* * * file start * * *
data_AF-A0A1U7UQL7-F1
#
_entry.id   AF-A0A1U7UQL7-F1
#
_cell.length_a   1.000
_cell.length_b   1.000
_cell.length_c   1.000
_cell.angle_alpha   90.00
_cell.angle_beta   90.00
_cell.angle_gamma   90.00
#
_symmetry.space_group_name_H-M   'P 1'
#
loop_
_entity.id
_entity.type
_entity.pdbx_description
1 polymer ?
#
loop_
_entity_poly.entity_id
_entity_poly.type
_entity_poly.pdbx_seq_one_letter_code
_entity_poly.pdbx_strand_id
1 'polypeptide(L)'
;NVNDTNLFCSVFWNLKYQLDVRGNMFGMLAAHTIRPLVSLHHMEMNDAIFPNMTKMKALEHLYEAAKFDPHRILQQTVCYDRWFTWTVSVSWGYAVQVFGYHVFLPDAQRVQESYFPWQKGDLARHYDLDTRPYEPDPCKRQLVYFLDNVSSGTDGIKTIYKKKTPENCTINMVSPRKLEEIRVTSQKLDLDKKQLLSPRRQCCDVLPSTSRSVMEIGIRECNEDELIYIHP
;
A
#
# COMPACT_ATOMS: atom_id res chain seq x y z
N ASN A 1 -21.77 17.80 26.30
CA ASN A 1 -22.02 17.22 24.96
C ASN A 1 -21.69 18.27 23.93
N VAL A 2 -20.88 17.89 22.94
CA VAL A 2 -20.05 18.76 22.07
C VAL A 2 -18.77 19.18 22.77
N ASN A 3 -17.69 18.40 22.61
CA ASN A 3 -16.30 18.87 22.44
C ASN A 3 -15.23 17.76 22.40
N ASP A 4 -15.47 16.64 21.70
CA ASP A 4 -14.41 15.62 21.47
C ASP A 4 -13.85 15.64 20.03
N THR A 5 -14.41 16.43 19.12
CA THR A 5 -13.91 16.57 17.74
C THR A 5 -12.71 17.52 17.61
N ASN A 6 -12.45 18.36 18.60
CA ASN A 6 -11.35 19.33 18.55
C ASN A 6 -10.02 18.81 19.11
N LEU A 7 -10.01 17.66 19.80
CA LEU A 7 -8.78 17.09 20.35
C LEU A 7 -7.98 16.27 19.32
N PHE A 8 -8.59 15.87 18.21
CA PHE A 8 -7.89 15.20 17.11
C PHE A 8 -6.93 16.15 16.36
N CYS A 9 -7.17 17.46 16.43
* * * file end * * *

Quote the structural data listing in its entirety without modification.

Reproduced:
data_AF-A0A1U7UQL7-F1
#
_entry.id   AF-A0A1U7UQL7-F1
#
_cell.length_a   1.000
_cell.length_b   1.000
_cell.length_c   1.000
_cell.angle_alpha   90.00
_cell.angle_beta   90.00
_cell.angle_gamma   90.00
#
_symmetry.space_group_name_H-M   'P 1'
#
loop_
_entity.id
_entity.type
_entity.pdbx_description
1 polymer ?
#
loop_
_entity_poly.entity_id
_entity_poly.type
_entity_poly.pdbx_seq_one_letter_code
_entity_poly.pdbx_strand_id
1 'polypeptide(L)'
;NVNDTNLFCSVFWNLKYQLDVRGNMFGMLAAHTIRPLVSLHHMEMNDAIFPNMTKMKALEHLYEAAKFDPHRILQQTVCYDRWFTWTVSVSWGYAVQVFGYHVFLPDAQRVQESYFPWQKGDLARHYDLDTRPYEPDPCKRQLVYFLDNVSSGTDGIKTIYKKKTPENCTINMVSPRKLEEIRVTSQKLDLDKKQLLSPRRQCCDVLPSTSRSVMEIGIRECNEDELIYIHP
;
A
#
# COMPACT_ATOMS: atom_id res chain seq x y z
N ASN A 1 -21.77 17.80 26.30
CA ASN A 1 -22.02 17.22 24.96
C ASN A 1 -21.69 18.27 23.93
N VAL A 2 -20.88 17.89 22.94
CA VAL A 2 -20.05 18.76 22.07
C VAL A 2 -18.77 19.18 22.77
N ASN A 3 -17.69 18.40 22.61
CA ASN A 3 -16.30 18.87 22.44
C ASN A 3 -15.23 17.76 22.40
N ASP A 4 -15.47 16.64 21.70
CA ASP A 4 -14.41 15.62 21.47
C ASP A 4 -13.85 15.64 20.03
N THR A 5 -14.41 16.43 19.12
CA THR A 5 -13.91 16.57 17.74
C THR A 5 -12.71 17.52 17.61
N ASN A 6 -12.45 18.36 18.60
CA ASN A 6 -11.35 19.33 18.55
C ASN A 6 -10.02 18.81 19.11
N LEU A 7 -10.01 17.66 19.80
CA LEU A 7 -8.78 17.09 20.35
C LEU A 7 -7.98 16.27 19.32
N PHE A 8 -8.59 15.87 18.21
CA PHE A 8 -7.89 15.20 17.11
C PHE A 8 -6.93 16.15 16.36
N CYS A 9 -7.17 17.46 16.43